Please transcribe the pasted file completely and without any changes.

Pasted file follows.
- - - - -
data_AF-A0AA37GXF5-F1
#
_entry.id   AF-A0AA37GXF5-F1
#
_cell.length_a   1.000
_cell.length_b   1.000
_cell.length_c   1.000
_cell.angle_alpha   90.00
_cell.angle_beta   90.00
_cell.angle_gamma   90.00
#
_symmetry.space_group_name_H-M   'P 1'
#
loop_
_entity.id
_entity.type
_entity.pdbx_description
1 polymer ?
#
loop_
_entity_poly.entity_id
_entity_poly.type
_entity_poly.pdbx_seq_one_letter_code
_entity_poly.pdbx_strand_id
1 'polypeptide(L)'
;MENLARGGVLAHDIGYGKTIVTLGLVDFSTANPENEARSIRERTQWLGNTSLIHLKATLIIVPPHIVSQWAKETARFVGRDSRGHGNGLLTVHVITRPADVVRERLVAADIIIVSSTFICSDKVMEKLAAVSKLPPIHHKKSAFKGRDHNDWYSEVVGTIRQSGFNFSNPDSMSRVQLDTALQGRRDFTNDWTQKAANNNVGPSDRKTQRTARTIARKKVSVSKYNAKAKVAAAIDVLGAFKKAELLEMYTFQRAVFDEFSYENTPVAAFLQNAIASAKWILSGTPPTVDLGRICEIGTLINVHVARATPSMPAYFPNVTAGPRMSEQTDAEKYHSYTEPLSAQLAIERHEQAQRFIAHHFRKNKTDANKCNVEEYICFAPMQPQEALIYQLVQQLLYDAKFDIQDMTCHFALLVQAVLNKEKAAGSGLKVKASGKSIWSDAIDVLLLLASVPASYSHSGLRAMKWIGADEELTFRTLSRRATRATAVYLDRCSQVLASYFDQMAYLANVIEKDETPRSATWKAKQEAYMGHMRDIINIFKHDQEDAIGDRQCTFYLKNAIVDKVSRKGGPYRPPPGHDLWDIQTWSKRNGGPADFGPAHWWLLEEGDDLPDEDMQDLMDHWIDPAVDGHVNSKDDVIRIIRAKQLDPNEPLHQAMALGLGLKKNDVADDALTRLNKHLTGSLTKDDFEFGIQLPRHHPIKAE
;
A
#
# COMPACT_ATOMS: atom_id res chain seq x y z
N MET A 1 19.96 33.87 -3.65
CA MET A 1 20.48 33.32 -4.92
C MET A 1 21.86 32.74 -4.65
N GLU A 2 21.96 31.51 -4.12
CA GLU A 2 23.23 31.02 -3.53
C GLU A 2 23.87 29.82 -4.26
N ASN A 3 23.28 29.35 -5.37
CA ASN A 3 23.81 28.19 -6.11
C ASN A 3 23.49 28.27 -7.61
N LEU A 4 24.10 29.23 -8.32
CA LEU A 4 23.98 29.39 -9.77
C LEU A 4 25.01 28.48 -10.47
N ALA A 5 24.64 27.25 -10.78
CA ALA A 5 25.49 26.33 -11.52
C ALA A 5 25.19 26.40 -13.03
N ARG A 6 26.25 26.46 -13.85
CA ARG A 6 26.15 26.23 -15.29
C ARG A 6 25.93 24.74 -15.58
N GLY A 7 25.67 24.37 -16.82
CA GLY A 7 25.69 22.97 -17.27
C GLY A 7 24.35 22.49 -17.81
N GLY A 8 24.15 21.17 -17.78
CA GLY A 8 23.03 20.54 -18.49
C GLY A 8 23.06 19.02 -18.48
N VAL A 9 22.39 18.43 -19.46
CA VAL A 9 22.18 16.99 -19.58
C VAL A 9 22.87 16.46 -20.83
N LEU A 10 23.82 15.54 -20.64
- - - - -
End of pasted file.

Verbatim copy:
data_AF-A0AA37GXF5-F1
#
_entry.id   AF-A0AA37GXF5-F1
#
_cell.length_a   1.000
_cell.length_b   1.000
_cell.length_c   1.000
_cell.angle_alpha   90.00
_cell.angle_beta   90.00
_cell.angle_gamma   90.00
#
_symmetry.space_group_name_H-M   'P 1'
#
loop_
_entity.id
_entity.type
_entity.pdbx_description
1 polymer ?
#
loop_
_entity_poly.entity_id
_entity_poly.type
_entity_poly.pdbx_seq_one_letter_code
_entity_poly.pdbx_strand_id
1 'polypeptide(L)'
;MENLARGGVLAHDIGYGKTIVTLGLVDFSTANPENEARSIRERTQWLGNTSLIHLKATLIIVPPHIVSQWAKETARFVGRDSRGHGNGLLTVHVITRPADVVRERLVAADIIIVSSTFICSDKVMEKLAAVSKLPPIHHKKSAFKGRDHNDWYSEVVGTIRQSGFNFSNPDSMSRVQLDTALQGRRDFTNDWTQKAANNNVGPSDRKTQRTARTIARKKVSVSKYNAKAKVAAAIDVLGAFKKAELLEMYTFQRAVFDEFSYENTPVAAFLQNAIASAKWILSGTPPTVDLGRICEIGTLINVHVARATPSMPAYFPNVTAGPRMSEQTDAEKYHSYTEPLSAQLAIERHEQAQRFIAHHFRKNKTDANKCNVEEYICFAPMQPQEALIYQLVQQLLYDAKFDIQDMTCHFALLVQAVLNKEKAAGSGLKVKASGKSIWSDAIDVLLLLASVPASYSHSGLRAMKWIGADEELTFRTLSRRATRATAVYLDRCSQVLASYFDQMAYLANVIEKDETPRSATWKAKQEAYMGHMRDIINIFKHDQEDAIGDRQCTFYLKNAIVDKVSRKGGPYRPPPGHDLWDIQTWSKRNGGPADFGPAHWWLLEEGDDLPDEDMQDLMDHWIDPAVDGHVNSKDDVIRIIRAKQLDPNEPLHQAMALGLGLKKNDVADDALTRLNKHLTGSLTKDDFEFGIQLPRHHPIKAE
;
A
#
# COMPACT_ATOMS: atom_id res chain seq x y z
N MET A 1 19.96 33.87 -3.65
CA MET A 1 20.48 33.32 -4.92
C MET A 1 21.86 32.74 -4.65
N GLU A 2 21.96 31.51 -4.12
CA GLU A 2 23.23 31.02 -3.53
C GLU A 2 23.87 29.82 -4.26
N ASN A 3 23.28 29.35 -5.37
CA ASN A 3 23.81 28.19 -6.11
C ASN A 3 23.49 28.27 -7.61
N LEU A 4 24.10 29.23 -8.32
CA LEU A 4 23.98 29.39 -9.77
C LEU A 4 25.01 28.48 -10.47
N ALA A 5 24.64 27.25 -10.78
CA ALA A 5 25.49 26.33 -11.52
C ALA A 5 25.19 26.40 -13.03
N ARG A 6 26.25 26.46 -13.85
CA ARG A 6 26.15 26.23 -15.29
C ARG A 6 25.93 24.74 -15.58
N GLY A 7 25.67 24.37 -16.82
CA GLY A 7 25.69 22.97 -17.27
C GLY A 7 24.35 22.49 -17.81
N GLY A 8 24.15 21.17 -17.78
CA GLY A 8 23.03 20.54 -18.49
C GLY A 8 23.06 19.02 -18.48
N VAL A 9 22.39 18.43 -19.46
CA VAL A 9 22.18 16.99 -19.58
C VAL A 9 22.87 16.46 -20.83
N LEU A 10 23.82 15.54 -20.64